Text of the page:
May 31 2016 – month of daily flower & buddha photos – Day 31!
acrylic on canvas ©
“Nowadays, there is a lot of talk about the need for world peace. Nevertheless, it is not happening. Why is it not happening? Because no matter how much people talk about it, as long as minds are still dominated by such mental distortions as attachment and anger, peace is an impossibility. You can drink all the tea you like, and still the anger is not abated. You can eat as much as you want, but still the anger is not abated. Anger and the other mental distortions decrease through the practice of the Buddha’s teachings. Here, we have the possibility to do something efficacious for world peace by subduing these mental distortions in our own minds. Further, while engaging in the practice oneself, if one encourages other people to enter into the practice, this is also very helpful and important to do.
“One of the responsibilities for those of us who are practicing Dharma is to avert war, especially world war, by continually offering very strong prayers that such an event may be avoided. Let us do so!
“One further point is the importance of having the company of other people who are following spiritual practice, sincerely engaging in practicing spirituality every day in their personal lives. This can be very helpful. In contrast, if one becomes very intimate with those who have no regard for spiritual practice, this tends to harm one’s own practice. Therefore, where possible, associate with people who are following the path.
“There is an account of two men in Pempo, an area to the north of Lhasa in Tibet. One was a heavy drinker and the other was not. They split up. The drunkard went to Reting Monastery and there encountered a very fine lama who told him of the disadvantages of alcoholism and taught him how to follow spiritual practice. He gave up drinking and became a very fine practitioner. The non-drinker went down to Lhasa, and there he got into the company of a bunch of drunkards. He stared “hitting the sauce,” and made a big habit of it and became, more or less, an alcoholic. This indicates the strong influence of people with whom one associates.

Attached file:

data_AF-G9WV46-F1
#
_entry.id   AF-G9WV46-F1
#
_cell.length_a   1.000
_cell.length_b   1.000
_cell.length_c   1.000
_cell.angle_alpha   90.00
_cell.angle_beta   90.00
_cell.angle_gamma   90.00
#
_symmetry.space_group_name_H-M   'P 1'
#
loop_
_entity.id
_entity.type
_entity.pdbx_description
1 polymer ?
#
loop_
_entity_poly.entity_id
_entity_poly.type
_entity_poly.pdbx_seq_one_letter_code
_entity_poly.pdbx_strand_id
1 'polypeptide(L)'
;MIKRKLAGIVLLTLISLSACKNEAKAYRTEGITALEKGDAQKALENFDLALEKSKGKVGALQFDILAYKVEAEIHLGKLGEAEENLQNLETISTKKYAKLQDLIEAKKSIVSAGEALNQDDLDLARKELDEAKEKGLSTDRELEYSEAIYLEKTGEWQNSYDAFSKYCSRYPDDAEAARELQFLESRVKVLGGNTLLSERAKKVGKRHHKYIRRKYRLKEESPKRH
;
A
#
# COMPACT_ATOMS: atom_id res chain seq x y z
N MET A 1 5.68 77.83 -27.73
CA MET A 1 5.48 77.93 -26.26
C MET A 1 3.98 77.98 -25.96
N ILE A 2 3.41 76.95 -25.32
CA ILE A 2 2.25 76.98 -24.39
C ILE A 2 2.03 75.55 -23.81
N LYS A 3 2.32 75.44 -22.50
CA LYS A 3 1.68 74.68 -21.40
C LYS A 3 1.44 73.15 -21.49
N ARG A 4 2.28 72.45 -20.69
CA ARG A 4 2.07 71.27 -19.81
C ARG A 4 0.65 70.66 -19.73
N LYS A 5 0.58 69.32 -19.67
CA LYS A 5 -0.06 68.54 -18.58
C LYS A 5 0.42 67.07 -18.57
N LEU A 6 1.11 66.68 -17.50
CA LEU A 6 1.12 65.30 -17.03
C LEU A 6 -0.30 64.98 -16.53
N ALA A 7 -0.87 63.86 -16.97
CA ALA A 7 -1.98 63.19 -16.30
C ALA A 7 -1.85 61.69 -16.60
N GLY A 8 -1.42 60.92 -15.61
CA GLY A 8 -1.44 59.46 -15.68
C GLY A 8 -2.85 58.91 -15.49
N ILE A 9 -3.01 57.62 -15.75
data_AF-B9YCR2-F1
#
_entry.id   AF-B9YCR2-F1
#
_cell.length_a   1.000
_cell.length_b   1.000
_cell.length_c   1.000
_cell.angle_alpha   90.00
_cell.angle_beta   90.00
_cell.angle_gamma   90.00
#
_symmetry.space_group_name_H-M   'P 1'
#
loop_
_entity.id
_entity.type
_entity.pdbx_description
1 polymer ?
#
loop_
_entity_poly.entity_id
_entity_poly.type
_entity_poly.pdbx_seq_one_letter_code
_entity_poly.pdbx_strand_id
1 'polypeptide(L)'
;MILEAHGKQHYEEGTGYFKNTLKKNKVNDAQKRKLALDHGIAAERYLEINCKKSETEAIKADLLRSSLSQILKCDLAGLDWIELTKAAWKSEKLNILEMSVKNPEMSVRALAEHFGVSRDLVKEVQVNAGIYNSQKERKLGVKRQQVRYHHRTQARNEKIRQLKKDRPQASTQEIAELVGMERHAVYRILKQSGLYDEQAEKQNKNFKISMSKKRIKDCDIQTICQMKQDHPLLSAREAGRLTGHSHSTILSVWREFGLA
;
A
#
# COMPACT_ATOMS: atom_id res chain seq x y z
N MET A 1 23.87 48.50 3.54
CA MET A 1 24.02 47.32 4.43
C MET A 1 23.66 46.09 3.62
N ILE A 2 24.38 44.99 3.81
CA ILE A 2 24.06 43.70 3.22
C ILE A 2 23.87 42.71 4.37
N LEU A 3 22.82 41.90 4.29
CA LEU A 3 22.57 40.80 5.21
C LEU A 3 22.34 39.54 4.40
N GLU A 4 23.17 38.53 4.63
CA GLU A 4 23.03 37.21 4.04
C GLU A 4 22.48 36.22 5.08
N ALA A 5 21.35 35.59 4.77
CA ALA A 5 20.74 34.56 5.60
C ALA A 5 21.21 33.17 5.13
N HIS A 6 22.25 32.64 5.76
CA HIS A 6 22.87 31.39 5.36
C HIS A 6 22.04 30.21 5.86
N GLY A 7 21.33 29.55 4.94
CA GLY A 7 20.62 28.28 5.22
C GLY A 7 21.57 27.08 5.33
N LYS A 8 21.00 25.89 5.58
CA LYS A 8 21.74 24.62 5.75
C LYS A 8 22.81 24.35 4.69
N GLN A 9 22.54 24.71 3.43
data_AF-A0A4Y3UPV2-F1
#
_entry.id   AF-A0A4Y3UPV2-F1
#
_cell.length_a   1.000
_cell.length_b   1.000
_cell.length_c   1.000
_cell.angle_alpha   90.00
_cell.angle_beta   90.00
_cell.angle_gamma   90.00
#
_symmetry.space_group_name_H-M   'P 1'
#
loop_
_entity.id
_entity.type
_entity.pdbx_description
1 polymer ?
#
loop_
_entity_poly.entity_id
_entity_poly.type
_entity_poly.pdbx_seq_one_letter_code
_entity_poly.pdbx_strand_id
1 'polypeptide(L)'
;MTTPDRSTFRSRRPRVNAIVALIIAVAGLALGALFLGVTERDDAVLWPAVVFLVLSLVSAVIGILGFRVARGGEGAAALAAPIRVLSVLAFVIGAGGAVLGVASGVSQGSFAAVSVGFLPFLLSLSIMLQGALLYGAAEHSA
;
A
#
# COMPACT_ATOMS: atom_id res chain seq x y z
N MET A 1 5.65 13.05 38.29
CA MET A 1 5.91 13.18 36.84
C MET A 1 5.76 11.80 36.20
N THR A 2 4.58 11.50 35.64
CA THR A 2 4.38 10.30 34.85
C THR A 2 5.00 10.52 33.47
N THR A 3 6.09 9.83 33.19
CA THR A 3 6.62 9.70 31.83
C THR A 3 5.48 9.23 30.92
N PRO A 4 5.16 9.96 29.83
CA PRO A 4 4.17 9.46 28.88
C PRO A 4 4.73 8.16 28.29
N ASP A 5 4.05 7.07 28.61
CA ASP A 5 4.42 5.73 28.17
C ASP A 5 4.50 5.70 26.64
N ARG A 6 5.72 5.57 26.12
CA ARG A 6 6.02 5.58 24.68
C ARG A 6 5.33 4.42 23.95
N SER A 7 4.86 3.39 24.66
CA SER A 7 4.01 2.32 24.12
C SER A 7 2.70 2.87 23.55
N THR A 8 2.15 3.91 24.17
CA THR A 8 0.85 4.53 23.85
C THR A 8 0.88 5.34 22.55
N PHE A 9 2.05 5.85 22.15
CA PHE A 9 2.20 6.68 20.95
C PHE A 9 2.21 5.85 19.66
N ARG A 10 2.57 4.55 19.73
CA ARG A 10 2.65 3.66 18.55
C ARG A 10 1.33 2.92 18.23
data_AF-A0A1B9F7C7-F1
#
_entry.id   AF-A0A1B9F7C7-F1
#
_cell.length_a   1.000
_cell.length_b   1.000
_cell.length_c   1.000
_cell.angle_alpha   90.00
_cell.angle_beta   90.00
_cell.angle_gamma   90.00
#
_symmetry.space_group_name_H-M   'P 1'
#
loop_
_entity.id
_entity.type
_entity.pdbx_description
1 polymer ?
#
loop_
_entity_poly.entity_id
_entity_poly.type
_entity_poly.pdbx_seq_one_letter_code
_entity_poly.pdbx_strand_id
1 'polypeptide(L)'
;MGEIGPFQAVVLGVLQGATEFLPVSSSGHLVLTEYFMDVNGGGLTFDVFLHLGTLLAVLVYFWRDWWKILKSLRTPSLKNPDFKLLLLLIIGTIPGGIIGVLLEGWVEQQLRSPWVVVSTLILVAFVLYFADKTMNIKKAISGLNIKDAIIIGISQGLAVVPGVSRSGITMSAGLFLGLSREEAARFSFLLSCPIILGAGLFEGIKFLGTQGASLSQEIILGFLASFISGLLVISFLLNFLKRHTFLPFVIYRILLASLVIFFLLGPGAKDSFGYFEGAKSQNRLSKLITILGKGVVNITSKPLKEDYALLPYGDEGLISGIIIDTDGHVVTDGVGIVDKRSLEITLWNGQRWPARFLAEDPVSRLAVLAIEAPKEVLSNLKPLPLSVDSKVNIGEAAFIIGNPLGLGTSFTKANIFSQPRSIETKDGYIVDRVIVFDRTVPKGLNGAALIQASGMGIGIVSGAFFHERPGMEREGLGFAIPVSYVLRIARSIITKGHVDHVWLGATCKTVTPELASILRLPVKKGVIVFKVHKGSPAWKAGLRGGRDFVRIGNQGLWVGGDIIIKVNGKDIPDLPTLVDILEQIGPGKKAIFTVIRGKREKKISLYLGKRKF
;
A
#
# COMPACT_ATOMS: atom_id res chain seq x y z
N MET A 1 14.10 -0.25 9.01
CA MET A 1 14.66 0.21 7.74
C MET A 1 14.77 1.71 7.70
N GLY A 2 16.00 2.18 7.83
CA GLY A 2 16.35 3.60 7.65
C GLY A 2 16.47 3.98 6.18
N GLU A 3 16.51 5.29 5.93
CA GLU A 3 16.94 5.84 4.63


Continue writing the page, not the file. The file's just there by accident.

“To give one more analogy, if you are in a place that is all black with soot on the walls and you move around, you end up all black. Whereas, if you are in a place that is all white with whitewash on the walls, as in India, then you end up all white. Likewise, if one associates with smokers, one becomes a smoker, if one associates with tobacco snuffers, one becomes a snuff-inhaler. Generally, bad qualities tend to be contagious. If you can associate with people who are following good practice, it is very helpful.”
—Ven Gen Rinpoche (Geshe Lharampa Ngawang Dhargyey, 1921-1995), Seattle 1982
Thank you for following me on my project of posting a photo every day this month of a flower, real, or symbolic, and of a buddha image, abstract or figurative. The naturalist John Muir was raised to believe that, in the person of Jesus, GOD had become man, ie had incarnated or embodied as a God-man. Muir loved flowers and felt the presence and essence of the Divine embodied in flowers. Why, he wondered, if there could be a God-man such as Jesus Christ, why could there not just as likely be a God-flower, embodied in the form of every flower? I feel much the same way, often finding Buddha-nature manifest, emanant, in a humble, beautiful, innocent, natural flower. Quite often this evident presence and expression of the “original face” or essence of Buddha-nature is more evidently present in the form and face of a flower than in a statue or painting of the historical Buddha, or an image of a celestial Buddha or bodhisattva. While, at their best, such images of buddhas are often very flower-like! Flowers are buddhas, buddhas are flowers. And of course the same can be said of clouds and trees and birds and bees, and seas, …and human beings. –Skyblue Greenstone